# Analytic functions of analytic functions

• I
In our complex variables course we were told that an analytic function of an analytic function is itself analytic. i.e. For ##h(z)=g(f(z))## ##h(z)## is analytic.

I was wondering is this is just a fact, or if it is possible to prove this statement. I did some googling and the best response I could find was :

##h'(z)= g'(f(z)) f'(z)##, which for ##f'(z)## and ##g'(f(z))## not equal to zero, describes an analytic function.. But I'm afraid this doesn't seem like much of a proof to me.

Many thanks :)

## Answers and Replies

fresh_42
Mentor
What is your definition of an analytic function? Is it
"We say that the function ##f## is analytic in a neighbourhood ##U## of ##z_0## if it is differentiable everywhere in ##U##." (http://www.maths.ed.ac.uk/~jmf/Teaching/MT3/ComplexAnalysis.pdf)
or is it
"In mathematics, an analytic function is a function that is locally given by a convergent power series."
(https://en.wikipedia.org/wiki/Analytic_function)

For the first one the differentiation you mentioned would be enough (plus that ##g(U)## is open).
Then it remains to show that the two definitions are equivalent. (See chapter 2.3.3 in the first source I mentioned.)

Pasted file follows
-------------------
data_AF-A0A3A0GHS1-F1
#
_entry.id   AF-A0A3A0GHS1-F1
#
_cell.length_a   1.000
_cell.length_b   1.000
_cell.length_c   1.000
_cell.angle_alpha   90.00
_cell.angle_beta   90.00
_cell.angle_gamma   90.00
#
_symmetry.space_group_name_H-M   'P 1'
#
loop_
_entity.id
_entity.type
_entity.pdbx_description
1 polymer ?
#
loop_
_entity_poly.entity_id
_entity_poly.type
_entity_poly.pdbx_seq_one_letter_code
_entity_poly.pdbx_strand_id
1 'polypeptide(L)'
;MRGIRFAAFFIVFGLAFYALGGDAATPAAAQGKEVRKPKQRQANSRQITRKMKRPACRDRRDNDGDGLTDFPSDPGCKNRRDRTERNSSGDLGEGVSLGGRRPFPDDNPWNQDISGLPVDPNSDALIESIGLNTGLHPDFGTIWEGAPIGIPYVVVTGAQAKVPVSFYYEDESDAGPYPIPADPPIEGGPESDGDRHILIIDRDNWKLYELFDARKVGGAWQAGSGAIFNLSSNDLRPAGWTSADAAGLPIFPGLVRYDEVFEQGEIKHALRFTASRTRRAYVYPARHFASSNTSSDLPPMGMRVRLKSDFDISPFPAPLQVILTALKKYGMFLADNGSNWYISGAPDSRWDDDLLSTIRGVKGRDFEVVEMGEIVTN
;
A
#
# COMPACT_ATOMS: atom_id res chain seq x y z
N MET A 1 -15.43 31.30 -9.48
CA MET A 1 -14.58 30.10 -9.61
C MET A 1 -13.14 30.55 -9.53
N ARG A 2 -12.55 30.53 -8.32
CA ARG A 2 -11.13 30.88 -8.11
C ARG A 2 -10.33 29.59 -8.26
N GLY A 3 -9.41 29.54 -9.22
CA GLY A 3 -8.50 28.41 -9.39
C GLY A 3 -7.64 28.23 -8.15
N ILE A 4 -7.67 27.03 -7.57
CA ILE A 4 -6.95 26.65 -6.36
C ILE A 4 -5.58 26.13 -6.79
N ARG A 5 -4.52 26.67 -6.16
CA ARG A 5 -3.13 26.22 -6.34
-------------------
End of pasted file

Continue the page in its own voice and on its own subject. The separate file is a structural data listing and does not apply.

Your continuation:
• mfb
andrewkirk
Science Advisor
Homework Helper
Gold Member
I suggest attempting to prove it as follows.

Choose an arbitrary point ##z## and a point ##z'## sufficiently close to ##z## that the power series ##\Big(S^{f,z}_n(z')\Big)_{n=1}^\infty## for ##f(z')## at ##z## converges to ##f(z')## and the power series ##\Big(S^{g,f(z)}_n(z')\Big)_{n=1}^\infty## for ##g(f(z'))## at ##f(z)## converges to ##g(f(z'))##. We know this can be done by the definition of analyticity of the two functions.

Then take the power series for ##g(f(z'))## and replace all occurrences of ##f(z')## by the power series for ##f(z')##. If we write ##\Delta z'\equiv z'-z## then this gives us an infinite series whose terms are powers of an infinite series in ##\Delta z'##. By adding coefficients across the same powers of ##\Delta z'## we can find the coefficient of each power of ##\Delta z'## in the power series that is our candidate for the actual power series for ##h##. Write out the coefficients for the first few powers and a pattern should emerge that will allow writing a formula for the coefficient of ##(\Delta z')^n##. We now have a power series that we would hope will converge to ##h(z')## for ##z'## sufficiently close to ##z##.

Now we need to use epsilon-delta arguments to show that there is some ##r## such that for ##|z'-z|<r##, the power series for ##g(f(z'))## does converge and is equal to ##g(f(z'))##.

Both parts have their challenges, but it's an interesting yet eminently doable problem and should be enjoyable.